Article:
Second, I wish I had mentioned that Happy Campers are tough and rugged people, and that the flurry of fire fighting activity in our town doesn’t alarm us. Anyone living out here in the middle of the forest for any length of time is going to have to toughen up in many ways. For example, many of us, even women, chop wood all winter long to keep warm. We get used to driving eighty miles for things we need. Furthermore we’re very much used to seeing fire fighters and their trucks all through our town. This happens almost every year – though usually the fires are further away from town. A year without a huge fire nearby is unusual. So nobody is panicking or impressed by the number of fire trucks rolling through the streets of our town. It makes things more colorful with the bright red and pale green vehicles, and it gives us new and interesting out-of-towners to talk to – but that’s about all. We’re not distressed; this feels like a normal summer to us.

Third – I wish I had said that Happy Campers whose homes are threatened by the fire are not especially worried because they have a lot of confidence in the professional fire fighting teams that have been brought in to protect us and our neighborhoods. We all think very highly of our District Ranger, Alan Vandiver, and since he has assured us that the personnel assigned to this fire are all top quality fire fighters, we’re sure that they’ll do whatever can be done to keep flames out of our town and away from our homes.

Little Grider Fire Update

By Linda Martin

I haven’t received any new official Forest Service news updates about the fire, so I’ll share with you what I’ve heard. So far the only evacuations that have taken place are those along Elk Creek Road, south of town. Residents living past Five Mile Bridge have been asked to leave voluntarily. The Titus Fire is heading east toward Elk Creek. Miners and campers have been forced to leave the area, and access to Norcross Campground is no longer allowed.

Meanwhile the Little Grider Fire in the hills west of Happy Camp continues to grow. At this point hundreds of fire fighters have been redirected from other areas in our forest and are now gathered here to help save the town of Happy Camp from incineration. The fire is moving toward Buckhorn Road, and the residents in the Live Oak area may be asked to evacuate within the next 24 hours. This will impact approximately thirty families. An old logging road in that area is being widened and fires are being set to burn out brush in the area, in hopes of slowing the Little Grider Fire as it heads toward this populated area on the west side of Indian Creek. Smoke coming from the top of the hill above the airport is most likely being intentionally set by fire fighters.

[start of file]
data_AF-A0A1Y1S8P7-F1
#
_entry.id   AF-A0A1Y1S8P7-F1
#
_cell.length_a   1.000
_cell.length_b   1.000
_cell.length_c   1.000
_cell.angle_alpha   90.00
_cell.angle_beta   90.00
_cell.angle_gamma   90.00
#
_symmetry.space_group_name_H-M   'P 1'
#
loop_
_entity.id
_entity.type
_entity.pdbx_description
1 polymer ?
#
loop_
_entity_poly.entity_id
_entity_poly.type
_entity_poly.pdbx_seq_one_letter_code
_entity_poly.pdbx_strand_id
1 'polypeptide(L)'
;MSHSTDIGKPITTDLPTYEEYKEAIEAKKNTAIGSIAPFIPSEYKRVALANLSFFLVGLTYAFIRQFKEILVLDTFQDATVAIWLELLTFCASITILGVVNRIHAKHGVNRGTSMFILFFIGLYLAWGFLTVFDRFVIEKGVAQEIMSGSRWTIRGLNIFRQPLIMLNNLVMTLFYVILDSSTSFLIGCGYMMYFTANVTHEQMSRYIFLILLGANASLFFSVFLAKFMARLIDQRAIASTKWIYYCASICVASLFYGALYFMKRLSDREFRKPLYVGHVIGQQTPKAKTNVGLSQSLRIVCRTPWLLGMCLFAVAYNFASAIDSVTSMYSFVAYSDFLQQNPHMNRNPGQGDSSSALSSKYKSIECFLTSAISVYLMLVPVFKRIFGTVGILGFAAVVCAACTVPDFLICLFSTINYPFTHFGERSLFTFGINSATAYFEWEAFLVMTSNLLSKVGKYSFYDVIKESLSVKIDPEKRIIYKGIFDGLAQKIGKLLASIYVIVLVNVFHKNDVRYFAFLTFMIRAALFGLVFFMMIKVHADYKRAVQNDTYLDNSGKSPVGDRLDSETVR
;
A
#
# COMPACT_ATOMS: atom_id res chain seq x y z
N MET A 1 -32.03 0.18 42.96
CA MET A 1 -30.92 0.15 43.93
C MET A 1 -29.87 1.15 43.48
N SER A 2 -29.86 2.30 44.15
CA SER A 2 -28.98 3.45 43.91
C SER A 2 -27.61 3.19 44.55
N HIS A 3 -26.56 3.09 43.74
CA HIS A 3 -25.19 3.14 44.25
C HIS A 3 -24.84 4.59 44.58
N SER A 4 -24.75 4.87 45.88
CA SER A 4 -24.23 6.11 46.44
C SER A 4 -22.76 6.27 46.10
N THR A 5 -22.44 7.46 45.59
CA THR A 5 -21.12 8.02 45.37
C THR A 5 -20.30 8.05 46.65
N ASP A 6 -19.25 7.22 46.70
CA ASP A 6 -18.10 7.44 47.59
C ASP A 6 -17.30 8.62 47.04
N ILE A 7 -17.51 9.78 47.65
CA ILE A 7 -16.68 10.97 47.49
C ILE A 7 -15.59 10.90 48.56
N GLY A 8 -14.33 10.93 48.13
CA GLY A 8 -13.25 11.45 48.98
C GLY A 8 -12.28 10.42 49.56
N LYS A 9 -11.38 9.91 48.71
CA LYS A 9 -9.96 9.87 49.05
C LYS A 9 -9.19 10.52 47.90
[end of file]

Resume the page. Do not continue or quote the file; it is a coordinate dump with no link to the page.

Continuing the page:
Smoke conditions this morning were not favorable for flying, but helicopters are now dropping water on the fire, including a Sky Crane Tanker with 2500-gallon capacity, a CH53 Super Stallion Tanker, and at least three other smaller capacity helicopters with 100 to 250-gallon buckets. Fixed wing aircraft with fire retardant are not being used, most likely because of the terrain being unsafe for them.

The Forest Service is posting updates online at Elk Complex Updates. According to the most recent update the Little Grider Fire covers about 636 acres, and continues to burn downhill towards Perkins Gulch. The Titus Fire covers approximately 1408 acres. It burned over Titus Peak towards Elk Creek yesterday and lines have been constructed around homes in the area.

Long time residents of Happy Camp are not worried. They remember the fires of 1987 when flames threatened the town from Slater Ridge and evacuations were considered. The people I’ve talked to who have been here long enough to remember that fire, twenty years ago, believe that the fire fighters are competent and able to save their homes. I hear this even from people whose homes seem to be in the path of the fire. Others who haven’t experienced fires so close to their homes seem far more concerned.

Forest Fires Near Happy Camp May Force Evacuations Sunday and Monday

By Linda Martin

A new forest fire burning in the hills north and east of the Happy Camp airport may force evacuations of homes around the airport and in Indian Meadows by midday Sunday or Monday morning. More information will be posted as it becomes available if possible. My home is one of those that may have to be evacuated unless the fire is brought under control.

According to a local deputy, bulldozers may be used to widen a forest road behind the airport in an attempt to stop the fire from proceeding into Happy Camp through the area around the airport.

Another fire is burning in the hills south of Elk Creek on the south side of the Klamath River. This fire can be clearly seen from Highway 96, and may threaten homes along Curly Jack Road.

Update, 9:04am – The fire is heading toward Happy Camp. Fire fighters are mapping out home locations in order to provide protection should the fire get close to them. A town meeting will be held at 11am at the Happy Camp Grange Hall to discuss evacuations.

John Evans
Happy Camp deputy John Evans announced evacuation plans at a meeting on Sunday. You can click on this picture for a full size photograph on which the fire maps can be clearly seen.